In this sub-urban setting, we explore the incidence of DEV through a questionnaire survey. Based on 45 responses, we offer a first-of-its-kind baseline analysis at the sub-urban scale in Norway. Our intent is to understand how DEV manifests in a Norwegian city, by addressing two questions: (i) Who experiences DEV in what ways; and (ii) How the incidence of DEP and TEP relate to each other. Our empirical analysis constitutes a basis to discuss how we can measure DEV, providing a timely research-based input to policymakers after the national election of 2021. We relate our insights to the Action Plan 2018-2022 on transport within the Climate and Environmental Plan 2018-2030 for Stavanger municipality. We further reflect on the import of our case study in a Norwegian urban context for emerging DEV research.
The article is structured as follows. The next section provides definitions and a brief theoretical overview of DEV research with an explicit focus at the sub-urban scale which is relatively unexplored in the evolving state-of-the-art. Subsequently, we describe our case study and offer methodological details, including an overview of our methods and materials. The fourth section presents our empirical analysis. This is followed by a concluding discussion that emphasises the significance of our study for policy to address DEV in Norwegian urban contexts and for DEV research more broadly.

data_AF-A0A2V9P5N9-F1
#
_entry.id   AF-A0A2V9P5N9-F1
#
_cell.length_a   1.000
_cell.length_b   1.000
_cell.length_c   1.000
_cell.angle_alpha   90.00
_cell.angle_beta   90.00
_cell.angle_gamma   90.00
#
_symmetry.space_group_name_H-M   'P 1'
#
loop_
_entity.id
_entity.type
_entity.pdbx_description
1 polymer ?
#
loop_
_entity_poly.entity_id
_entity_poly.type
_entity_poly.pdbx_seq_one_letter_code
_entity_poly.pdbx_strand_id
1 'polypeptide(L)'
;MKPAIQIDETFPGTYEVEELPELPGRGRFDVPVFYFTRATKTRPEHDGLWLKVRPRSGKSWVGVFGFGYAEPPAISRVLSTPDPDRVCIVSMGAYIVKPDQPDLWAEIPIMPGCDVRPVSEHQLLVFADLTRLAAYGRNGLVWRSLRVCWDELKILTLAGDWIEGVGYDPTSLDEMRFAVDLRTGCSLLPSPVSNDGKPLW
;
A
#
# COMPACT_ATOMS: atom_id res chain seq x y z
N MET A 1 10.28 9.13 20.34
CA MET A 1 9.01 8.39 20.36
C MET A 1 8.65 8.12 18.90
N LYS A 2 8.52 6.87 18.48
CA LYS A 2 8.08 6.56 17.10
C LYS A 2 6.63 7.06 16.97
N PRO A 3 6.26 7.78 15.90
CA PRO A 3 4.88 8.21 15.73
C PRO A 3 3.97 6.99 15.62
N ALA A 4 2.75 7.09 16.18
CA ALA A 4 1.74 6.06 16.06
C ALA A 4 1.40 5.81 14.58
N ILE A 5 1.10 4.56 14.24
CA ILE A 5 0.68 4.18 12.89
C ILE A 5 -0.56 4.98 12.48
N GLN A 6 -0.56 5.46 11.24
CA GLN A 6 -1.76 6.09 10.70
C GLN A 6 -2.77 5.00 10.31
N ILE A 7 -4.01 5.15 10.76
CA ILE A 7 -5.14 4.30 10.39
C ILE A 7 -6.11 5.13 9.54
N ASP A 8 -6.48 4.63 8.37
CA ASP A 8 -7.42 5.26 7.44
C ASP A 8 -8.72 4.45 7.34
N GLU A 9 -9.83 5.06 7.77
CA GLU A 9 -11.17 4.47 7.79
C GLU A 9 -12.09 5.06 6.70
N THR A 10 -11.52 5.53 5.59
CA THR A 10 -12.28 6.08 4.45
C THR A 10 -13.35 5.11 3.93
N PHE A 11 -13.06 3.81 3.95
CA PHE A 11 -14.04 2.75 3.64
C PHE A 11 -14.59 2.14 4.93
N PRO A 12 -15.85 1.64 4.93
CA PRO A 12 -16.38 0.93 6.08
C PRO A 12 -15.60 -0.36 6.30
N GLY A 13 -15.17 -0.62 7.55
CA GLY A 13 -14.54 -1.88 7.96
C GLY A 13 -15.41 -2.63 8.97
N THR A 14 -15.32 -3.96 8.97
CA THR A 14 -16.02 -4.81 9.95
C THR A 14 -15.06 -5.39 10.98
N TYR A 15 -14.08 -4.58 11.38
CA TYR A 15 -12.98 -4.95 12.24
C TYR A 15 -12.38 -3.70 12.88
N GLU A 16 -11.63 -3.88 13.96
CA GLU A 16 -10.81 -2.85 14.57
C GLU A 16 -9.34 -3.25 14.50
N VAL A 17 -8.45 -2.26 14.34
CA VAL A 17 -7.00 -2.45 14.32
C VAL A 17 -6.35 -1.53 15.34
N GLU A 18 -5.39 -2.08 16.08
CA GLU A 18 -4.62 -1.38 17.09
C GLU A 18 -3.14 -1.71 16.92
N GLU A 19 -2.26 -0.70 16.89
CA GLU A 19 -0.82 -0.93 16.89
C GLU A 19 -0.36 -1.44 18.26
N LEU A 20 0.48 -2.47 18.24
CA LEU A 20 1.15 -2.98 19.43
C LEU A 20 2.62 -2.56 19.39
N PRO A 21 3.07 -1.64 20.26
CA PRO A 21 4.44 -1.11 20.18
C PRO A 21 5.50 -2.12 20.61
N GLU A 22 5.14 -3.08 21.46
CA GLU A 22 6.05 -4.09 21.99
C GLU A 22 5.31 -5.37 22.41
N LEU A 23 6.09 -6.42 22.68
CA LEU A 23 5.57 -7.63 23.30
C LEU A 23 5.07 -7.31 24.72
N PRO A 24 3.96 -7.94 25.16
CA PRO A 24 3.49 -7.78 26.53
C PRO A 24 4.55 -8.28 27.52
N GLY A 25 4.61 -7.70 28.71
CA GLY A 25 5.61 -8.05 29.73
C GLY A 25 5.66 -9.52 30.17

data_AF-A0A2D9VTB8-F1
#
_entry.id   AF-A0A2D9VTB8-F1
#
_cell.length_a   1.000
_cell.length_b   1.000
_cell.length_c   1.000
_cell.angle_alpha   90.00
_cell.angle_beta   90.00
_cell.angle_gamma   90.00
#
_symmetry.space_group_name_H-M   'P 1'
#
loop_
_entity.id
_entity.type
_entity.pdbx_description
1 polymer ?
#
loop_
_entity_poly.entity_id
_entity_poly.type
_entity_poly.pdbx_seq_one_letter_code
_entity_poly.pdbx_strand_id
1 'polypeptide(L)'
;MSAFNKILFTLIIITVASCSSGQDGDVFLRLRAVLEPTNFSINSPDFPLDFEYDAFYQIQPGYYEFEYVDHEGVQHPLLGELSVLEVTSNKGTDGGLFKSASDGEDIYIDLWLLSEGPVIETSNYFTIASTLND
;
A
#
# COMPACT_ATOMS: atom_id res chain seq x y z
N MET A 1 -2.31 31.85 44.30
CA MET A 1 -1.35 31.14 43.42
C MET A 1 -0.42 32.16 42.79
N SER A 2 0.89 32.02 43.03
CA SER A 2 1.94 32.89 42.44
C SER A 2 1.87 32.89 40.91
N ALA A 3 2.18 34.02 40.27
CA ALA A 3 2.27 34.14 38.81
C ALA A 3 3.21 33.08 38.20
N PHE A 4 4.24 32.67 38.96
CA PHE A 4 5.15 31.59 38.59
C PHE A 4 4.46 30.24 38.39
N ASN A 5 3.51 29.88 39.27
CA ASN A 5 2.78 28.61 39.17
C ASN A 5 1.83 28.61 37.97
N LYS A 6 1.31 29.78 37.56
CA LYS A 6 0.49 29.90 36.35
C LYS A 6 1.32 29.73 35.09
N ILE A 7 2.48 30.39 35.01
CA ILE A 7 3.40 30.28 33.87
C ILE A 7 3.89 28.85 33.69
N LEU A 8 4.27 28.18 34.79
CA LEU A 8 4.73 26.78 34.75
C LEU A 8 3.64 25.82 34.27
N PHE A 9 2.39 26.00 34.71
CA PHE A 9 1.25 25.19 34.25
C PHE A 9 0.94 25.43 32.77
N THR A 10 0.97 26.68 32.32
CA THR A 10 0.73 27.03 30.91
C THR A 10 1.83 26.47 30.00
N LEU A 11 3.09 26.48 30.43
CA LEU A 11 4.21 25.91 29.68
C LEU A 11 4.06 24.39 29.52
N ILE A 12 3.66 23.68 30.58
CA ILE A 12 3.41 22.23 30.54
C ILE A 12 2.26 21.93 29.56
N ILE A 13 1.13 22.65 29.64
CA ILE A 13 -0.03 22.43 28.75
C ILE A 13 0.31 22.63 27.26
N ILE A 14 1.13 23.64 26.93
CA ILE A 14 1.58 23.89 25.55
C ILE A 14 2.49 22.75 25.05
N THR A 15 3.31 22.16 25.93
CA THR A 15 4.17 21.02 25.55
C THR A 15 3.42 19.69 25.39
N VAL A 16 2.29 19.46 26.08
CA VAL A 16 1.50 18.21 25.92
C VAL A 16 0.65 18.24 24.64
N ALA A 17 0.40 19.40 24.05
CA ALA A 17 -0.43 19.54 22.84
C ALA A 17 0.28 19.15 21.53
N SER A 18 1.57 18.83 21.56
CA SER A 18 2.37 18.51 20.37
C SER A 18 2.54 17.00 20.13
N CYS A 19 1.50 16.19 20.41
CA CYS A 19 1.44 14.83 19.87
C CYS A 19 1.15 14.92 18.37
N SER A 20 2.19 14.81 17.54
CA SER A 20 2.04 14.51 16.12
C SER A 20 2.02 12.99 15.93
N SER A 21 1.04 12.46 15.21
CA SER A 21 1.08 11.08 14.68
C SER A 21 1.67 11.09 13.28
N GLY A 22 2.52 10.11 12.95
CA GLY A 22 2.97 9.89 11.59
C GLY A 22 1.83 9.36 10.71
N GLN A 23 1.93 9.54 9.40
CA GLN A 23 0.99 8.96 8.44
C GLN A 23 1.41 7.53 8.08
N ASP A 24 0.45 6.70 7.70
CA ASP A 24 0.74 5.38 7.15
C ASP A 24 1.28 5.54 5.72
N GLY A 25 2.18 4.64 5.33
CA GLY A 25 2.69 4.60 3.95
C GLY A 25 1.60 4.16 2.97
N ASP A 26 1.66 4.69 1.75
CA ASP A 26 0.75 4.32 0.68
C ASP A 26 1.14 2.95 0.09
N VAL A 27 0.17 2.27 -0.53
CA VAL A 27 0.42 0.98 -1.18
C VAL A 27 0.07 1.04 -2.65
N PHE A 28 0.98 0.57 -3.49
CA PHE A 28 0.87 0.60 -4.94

Double energy vulnerability research and the sub-urban scale
Considerable literature on DEP has been produced in recent years, establishing its definition as “the inability to attain a socially and materially necessitated level of domestic energy services” (Bouzarovski and Petrova, 2015: 31). TEP is a more nascent term and focus in scholarship (Lowans et al., 2021), understood here in line with Martiskainen et al. (2021: 4) as “the inability to attain socially and materially necessitated levels of transport services”. We follow Robinson and Mattioli (2020: 1) who define DEV as “the increased likelihood of negative impacts upon well-being, owing to the intersection of domestic energy poverty (DEP) and transport energy poverty (TEP)”. This is in line with Mayer et al. (2014) who combine attention to domestic and transport energy demand and expenses and relate it to household income to study these two faces of energy poverty. Calls for a combined focus have now persisted for approximately a decade (Sovacool et al., 2012). They emphasise that domestic and mobility needs represent considerably different challenges for metricisation (Lowans et al., 2021), and within TEP distinguishing between the poverty of transport (limited, sub-standard options) and transport affordability (Mattioli et al., 2017).